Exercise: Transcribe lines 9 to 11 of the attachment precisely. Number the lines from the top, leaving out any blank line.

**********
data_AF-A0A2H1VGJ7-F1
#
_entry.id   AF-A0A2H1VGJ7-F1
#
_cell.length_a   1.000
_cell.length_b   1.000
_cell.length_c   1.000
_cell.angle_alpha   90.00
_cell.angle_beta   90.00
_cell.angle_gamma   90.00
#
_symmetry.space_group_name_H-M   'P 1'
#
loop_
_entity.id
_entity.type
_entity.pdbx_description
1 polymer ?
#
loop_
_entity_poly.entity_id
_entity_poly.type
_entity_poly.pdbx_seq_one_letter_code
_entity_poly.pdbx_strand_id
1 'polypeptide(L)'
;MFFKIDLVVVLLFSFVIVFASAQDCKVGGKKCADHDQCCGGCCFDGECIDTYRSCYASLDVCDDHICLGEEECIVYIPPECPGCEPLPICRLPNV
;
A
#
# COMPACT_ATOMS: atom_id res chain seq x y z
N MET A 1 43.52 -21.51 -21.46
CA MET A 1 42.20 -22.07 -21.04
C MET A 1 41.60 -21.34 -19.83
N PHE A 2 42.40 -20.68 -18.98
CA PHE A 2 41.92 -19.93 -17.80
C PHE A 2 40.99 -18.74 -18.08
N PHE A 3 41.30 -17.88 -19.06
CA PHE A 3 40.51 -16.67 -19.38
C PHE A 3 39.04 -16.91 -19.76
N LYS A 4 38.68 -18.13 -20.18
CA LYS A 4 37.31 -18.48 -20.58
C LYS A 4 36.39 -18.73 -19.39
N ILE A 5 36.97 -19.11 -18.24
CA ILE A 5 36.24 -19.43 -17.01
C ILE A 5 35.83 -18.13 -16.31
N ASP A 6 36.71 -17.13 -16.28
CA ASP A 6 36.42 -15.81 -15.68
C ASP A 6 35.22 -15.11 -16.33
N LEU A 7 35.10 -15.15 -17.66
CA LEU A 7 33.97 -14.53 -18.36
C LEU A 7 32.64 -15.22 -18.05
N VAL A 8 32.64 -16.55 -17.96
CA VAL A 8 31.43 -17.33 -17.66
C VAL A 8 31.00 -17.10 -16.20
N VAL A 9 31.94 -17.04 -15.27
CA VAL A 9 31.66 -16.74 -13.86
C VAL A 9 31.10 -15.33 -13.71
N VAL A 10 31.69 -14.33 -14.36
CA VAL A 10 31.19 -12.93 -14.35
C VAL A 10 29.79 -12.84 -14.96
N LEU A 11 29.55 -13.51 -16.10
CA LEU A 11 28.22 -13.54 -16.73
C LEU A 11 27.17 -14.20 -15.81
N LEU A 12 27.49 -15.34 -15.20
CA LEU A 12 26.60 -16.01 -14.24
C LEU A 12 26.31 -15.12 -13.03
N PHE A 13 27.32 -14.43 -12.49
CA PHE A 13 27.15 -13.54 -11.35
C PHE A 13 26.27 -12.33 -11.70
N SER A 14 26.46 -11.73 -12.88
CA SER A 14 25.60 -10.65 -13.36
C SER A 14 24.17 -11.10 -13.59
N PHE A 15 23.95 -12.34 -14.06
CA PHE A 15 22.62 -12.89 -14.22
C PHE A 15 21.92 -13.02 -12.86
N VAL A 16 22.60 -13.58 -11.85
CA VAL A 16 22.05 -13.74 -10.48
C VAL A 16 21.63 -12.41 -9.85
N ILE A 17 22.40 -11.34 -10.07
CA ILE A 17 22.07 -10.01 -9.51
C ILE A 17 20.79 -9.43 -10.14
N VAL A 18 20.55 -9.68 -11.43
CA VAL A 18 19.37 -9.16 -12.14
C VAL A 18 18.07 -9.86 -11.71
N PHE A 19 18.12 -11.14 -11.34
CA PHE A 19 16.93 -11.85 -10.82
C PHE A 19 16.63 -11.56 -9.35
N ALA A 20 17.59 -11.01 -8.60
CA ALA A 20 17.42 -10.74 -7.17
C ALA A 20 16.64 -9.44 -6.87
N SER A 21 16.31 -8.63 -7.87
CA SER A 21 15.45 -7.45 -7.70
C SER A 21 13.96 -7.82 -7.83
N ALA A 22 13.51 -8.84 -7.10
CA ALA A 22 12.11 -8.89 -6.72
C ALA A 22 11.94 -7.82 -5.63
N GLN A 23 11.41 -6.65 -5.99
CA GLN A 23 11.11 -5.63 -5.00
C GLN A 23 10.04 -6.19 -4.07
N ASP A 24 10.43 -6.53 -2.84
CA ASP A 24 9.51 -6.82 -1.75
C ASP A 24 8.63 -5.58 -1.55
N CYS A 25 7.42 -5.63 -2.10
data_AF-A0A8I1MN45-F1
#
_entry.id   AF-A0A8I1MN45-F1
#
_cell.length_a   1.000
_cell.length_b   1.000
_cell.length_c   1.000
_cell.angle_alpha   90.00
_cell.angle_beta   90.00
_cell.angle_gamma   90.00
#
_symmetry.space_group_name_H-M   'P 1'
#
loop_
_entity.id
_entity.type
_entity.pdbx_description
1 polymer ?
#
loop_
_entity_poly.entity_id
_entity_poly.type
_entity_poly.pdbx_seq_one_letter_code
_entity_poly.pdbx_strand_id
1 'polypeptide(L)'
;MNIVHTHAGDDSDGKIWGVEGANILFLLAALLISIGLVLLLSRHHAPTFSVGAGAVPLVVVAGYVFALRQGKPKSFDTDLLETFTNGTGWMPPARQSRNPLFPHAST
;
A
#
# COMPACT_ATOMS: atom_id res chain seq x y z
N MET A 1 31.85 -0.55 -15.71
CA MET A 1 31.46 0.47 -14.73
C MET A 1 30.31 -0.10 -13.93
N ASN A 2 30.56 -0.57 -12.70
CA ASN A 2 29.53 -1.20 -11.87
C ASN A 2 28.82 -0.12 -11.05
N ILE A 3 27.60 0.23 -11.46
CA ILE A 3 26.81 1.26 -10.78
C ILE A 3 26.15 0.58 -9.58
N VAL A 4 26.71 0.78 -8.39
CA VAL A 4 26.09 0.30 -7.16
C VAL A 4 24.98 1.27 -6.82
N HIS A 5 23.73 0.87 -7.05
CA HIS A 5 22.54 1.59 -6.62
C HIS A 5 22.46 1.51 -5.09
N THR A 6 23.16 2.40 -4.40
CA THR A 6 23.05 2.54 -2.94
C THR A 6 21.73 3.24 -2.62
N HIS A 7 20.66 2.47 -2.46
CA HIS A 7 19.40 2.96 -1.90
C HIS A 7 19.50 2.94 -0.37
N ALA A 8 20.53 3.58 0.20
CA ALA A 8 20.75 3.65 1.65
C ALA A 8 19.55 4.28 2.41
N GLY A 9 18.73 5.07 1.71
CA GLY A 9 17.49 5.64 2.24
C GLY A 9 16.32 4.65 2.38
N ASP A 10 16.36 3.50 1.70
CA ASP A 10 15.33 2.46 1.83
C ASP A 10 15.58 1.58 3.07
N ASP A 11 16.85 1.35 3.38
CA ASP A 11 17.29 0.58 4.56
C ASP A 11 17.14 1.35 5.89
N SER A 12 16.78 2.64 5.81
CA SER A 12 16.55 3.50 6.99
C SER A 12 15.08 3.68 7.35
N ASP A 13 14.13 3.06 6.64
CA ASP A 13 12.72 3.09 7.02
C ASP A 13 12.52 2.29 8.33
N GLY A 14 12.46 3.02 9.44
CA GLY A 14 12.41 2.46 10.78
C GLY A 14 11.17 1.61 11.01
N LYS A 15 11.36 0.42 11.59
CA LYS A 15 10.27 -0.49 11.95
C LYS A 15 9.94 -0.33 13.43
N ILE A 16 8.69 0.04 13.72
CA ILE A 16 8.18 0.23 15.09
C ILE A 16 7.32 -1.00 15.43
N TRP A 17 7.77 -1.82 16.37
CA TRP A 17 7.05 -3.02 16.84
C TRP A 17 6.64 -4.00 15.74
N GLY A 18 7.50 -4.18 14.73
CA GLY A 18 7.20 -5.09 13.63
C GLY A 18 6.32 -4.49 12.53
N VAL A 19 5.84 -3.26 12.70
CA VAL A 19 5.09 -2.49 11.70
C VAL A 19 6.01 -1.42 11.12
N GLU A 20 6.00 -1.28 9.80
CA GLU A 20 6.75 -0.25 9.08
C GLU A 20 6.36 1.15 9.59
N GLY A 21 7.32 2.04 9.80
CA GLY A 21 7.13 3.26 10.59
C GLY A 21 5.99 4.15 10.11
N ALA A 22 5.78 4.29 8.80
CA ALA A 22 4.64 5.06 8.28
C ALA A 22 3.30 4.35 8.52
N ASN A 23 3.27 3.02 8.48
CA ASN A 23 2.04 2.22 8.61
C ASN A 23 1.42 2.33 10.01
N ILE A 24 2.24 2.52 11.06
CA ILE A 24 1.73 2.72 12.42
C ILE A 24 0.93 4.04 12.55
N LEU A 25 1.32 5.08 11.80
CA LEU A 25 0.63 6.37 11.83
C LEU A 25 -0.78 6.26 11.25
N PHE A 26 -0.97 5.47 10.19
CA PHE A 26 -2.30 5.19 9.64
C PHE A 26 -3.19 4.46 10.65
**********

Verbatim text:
_cell.angle_beta   90.00
_cell.angle_gamma   90.00
#